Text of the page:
In her book, On Death and Dying, Elizabeth Kubler Ross explained there are five distinct stages people go through when something meaningful ends. These stages are not limited to the experience of physical death; but also apply to divorce, breakups and other significant losses, as well.
When a couple ends their relationship, a death of sorts happens. The “us” you once were is gone. The life story you spent all that time and energy co-creating together is over. Facing this death is similar to how we typically handle all deaths — with an onslaught of sadness, anger, fear, guilt, shame, and a profound sense of feeling lost, like taking a trip without a road map.
The emotional pain can be so intense that it hurts physically. Many have an authentic identity crisis. At the very least there is a fear of the unknown future. The process of recovery and reflection can be agonizing but those who ignore this important work often repeat the same mistakes. Some of the contributing factors in unsuccessful relationships often are codependency, poor communication skills, and lack of boundaries.
Other feelings common to a breakup are regret and guilt. Regardless of who initiates the breakup, relationships ultimately end because of the actions and choices of two people. Even if you’re the one who ended it and devastated your partner in the process, there comes a reasonable time to let go of those self-inflicting feelings of guilt and move on. You’re not alone in your breakup, even if it feels that way sometimes. If guilt is influencing your thoughts too much, it’s time to move past those feelings and start living your new life with a positive outlook. Make your amends and move on.
For me it was a time of lost identity. There were many losses to grieve: lost dreams, lost social status, and lost economic status. A single parent in the midst of a contentious divorce with two young children also suffering losses, I made many mistakes as I desperately tried to fill the void with new people and new experiences. Later came a second traumatic grief period when I realized that I had also lost myself and the things I was doing were not bringing peace or happiness into my life. How could I possibly have been successful when I didn’t understand my own values and needs? I was looking for another person to make me happy—classic codependent thinking.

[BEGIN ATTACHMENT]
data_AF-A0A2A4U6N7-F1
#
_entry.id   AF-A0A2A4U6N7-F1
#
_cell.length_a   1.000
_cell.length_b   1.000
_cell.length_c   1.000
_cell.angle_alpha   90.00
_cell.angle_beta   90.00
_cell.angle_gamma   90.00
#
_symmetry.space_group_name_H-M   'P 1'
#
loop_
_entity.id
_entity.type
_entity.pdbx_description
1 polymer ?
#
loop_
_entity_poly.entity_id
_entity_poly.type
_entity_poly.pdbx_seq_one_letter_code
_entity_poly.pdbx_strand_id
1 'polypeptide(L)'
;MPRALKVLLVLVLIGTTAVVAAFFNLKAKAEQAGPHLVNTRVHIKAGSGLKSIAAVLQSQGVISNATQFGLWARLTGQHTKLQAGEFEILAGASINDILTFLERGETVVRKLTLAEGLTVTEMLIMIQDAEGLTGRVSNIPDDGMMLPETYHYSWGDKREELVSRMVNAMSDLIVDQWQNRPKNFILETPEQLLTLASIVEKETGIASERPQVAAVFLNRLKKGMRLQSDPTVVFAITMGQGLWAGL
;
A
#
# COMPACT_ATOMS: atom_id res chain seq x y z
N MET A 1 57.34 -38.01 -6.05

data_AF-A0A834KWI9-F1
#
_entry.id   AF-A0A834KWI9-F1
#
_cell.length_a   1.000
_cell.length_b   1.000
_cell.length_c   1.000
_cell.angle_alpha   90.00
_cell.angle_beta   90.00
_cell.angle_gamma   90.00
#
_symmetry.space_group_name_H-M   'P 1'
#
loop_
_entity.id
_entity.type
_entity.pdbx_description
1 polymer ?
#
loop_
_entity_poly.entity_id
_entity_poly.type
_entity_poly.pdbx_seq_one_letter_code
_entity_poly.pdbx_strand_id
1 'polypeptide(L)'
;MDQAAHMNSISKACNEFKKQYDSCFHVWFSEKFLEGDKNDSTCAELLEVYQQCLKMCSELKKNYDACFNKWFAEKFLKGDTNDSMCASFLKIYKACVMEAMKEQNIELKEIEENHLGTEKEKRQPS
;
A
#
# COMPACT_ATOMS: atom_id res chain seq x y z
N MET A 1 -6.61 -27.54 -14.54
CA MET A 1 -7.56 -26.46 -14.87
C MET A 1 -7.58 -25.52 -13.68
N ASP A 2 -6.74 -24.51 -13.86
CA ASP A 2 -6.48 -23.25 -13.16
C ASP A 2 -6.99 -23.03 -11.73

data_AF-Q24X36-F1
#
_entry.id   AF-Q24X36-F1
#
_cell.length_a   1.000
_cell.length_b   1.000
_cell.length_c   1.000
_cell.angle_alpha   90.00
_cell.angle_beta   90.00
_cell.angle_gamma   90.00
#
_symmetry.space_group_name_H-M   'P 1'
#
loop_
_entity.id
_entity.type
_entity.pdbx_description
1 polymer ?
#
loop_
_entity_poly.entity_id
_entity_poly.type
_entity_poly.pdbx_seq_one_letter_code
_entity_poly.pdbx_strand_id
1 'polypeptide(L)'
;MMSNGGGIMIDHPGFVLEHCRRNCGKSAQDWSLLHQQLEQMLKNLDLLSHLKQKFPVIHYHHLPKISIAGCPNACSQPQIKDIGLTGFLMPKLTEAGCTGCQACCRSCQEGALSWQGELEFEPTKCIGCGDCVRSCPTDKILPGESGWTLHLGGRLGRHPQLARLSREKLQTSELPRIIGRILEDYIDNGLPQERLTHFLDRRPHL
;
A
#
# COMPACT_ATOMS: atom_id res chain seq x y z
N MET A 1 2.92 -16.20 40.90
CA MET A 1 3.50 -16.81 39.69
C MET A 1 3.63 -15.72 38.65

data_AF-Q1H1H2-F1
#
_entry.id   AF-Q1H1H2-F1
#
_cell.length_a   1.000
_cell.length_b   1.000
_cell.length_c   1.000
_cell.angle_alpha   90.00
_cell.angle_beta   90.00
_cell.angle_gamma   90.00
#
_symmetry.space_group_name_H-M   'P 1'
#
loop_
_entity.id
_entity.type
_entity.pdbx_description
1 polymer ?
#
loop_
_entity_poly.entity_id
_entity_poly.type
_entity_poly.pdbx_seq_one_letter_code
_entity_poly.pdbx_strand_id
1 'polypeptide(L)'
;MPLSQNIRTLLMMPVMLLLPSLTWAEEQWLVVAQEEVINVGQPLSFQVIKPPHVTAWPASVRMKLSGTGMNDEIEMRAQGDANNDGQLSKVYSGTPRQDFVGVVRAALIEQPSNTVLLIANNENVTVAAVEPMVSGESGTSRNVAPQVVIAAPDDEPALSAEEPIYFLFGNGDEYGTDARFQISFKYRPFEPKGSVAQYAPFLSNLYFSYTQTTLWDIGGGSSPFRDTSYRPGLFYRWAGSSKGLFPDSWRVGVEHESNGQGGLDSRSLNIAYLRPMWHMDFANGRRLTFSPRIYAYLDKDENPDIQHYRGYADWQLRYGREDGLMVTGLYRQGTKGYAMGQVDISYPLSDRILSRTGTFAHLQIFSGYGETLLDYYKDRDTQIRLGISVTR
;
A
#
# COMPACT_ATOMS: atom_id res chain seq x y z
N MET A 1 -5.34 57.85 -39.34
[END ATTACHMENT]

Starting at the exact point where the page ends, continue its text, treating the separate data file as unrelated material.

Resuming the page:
Over the years through counseling, education, and coming to a place of understanding, I bring what I have learned into my life coaching practice where many of the women I coach are contemplating or transitioning through the end of a meaningful relationship or other significant losses. It is said that time heals all wounds but it is what you do with that time that helps you heal and move on. The coaching process helps you look at balance in your life. You set goals in those areas that do not meet your expectations. And together we provide accountability for the steps it takes to achieve your goals. We explore the concepts of codependency, healthy communication, limiting self-beliefs, boundaries, negative behaviors that lead to poor self-esteem, relationship skills, anxiety, and other areas depending on the issues being faced. Coaching is a valuable support for women in transition. At the end of a coaching program, clients have a resource file filled with tools and education to help them continue their journey and their new life.
Life is full of compromises. Perhaps you can relate to “this is not exactly what I would have chosen for me, but I love my husband (or significant other) and I can make this work for him and us and I believe we can be happy”. But after the end of a relationship, that “old” you is gone forever, the “now” you is emerging, and the “potential” you is yet to become reality. Awakening your dreams from the past or exploring new dreams may be helpful as you begin a journey to the “potential” you. As a life coach, my job is to facilitate your discovery process and support you as you progress towards your goals!
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Bonnie Harken, NCLC, Founder and CEO of Crossroads Programs for Women has spent the last 30 years assisting individuals begin their journey of healing. She is a Nationally Certified Life Coach through the Addictions Academy. Crossroads offers therapy and life coaching programs. Begin your journey of finding renewal, hope, joy, direction and passion. Each intensive outpatient program is a blend of lectures, group discussion, and therapeutic exercises offering a healing curriculum. We explore the spiritual components of healing from a non-denominational Christian perspective. Why continue to struggle? Tomorrow does not have to be like today. We can help you. Call 800-348-0937 or visit www.crossroadsprogramsforwomen.com for more information. All inquiries are confidential.